Yeah, right. Because this attack by Hezbollah happened out of the blue, and wasn’t in retaliation for, you know, an Israeli airstrike that recently obliterated six of the organization’s militants in Syria – a country that Israel is apparently allowed to penetrate but Hezbollah is not. An Iranian general also was killed.

Rewind to the State Department’s assessment of this particular event in a press briefing three days after the fact. When asked by a member of the audience whether the US administration approved of the strike, department spokeswoman Jen Psaki resorted to the tried-and-true tactic of impenetrable babble:

“Well, I think, Matt, I know our view on a range of issues that these reports take into account, whether it’s the engagement of Hezbollah, their destructive engagement from the outside is well known. Obviously, the details haven’t been specifically confirmed by many of the parties so I’m just not going to speculate on them further.”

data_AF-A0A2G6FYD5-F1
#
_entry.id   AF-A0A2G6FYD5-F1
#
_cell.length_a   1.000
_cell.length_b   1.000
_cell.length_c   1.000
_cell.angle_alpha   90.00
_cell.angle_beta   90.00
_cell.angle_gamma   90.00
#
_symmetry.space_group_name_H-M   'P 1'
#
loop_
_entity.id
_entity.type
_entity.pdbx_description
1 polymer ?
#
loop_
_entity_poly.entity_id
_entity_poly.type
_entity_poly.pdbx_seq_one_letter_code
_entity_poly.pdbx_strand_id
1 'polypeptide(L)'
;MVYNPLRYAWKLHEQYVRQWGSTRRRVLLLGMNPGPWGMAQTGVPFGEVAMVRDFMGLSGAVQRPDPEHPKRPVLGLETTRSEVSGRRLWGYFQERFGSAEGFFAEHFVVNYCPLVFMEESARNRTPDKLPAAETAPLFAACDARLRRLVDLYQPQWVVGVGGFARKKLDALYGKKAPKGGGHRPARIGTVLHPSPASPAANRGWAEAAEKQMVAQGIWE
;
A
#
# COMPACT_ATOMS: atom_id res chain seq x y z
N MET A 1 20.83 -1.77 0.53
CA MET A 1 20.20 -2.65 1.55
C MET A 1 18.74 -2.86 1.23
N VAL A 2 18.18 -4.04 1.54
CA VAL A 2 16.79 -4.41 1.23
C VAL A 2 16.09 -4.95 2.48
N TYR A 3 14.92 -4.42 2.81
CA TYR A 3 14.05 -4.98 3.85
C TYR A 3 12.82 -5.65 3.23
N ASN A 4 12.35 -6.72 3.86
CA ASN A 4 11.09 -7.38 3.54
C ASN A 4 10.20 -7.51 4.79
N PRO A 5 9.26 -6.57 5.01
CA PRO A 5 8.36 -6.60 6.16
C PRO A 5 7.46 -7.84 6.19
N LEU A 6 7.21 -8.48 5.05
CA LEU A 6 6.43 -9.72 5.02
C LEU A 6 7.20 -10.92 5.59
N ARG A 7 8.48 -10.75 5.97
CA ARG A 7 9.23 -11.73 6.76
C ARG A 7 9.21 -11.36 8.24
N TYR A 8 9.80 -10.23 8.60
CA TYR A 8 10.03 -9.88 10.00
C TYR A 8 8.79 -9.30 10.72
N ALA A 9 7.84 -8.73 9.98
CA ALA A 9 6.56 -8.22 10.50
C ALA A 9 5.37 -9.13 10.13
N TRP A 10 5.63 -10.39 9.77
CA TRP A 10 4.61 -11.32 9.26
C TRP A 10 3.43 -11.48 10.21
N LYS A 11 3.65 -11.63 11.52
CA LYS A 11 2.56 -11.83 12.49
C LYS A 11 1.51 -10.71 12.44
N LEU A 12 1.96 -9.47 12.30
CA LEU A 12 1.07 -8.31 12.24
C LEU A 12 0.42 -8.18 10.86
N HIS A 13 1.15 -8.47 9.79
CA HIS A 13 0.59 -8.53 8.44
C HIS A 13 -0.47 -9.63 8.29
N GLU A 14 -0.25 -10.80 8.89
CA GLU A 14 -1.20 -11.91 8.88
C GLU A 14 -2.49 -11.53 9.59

Pressed further by “Matt”, Psaki went on to refer to the “alleged Israeli action” and to “reiterate… the fact that we’ve long believed that Hezbollah plays a destructive role.”

‘Harshness and Disproportionality’

Hysterics over Hezbollah’s alleged violation of the Blue Line conveniently distracts from an important detail: the Shebaa Farms is not in Israel.

While the UN claims the area is part of the Israeli-occupied Syrian Golan Heights, Syria and Lebanon agree that the Shebaa Farms belongs to Lebanon.

Even if you insist on taking the UN’s word for it, there’s no getting around the reality that – either way – it’s illegally occupied territory.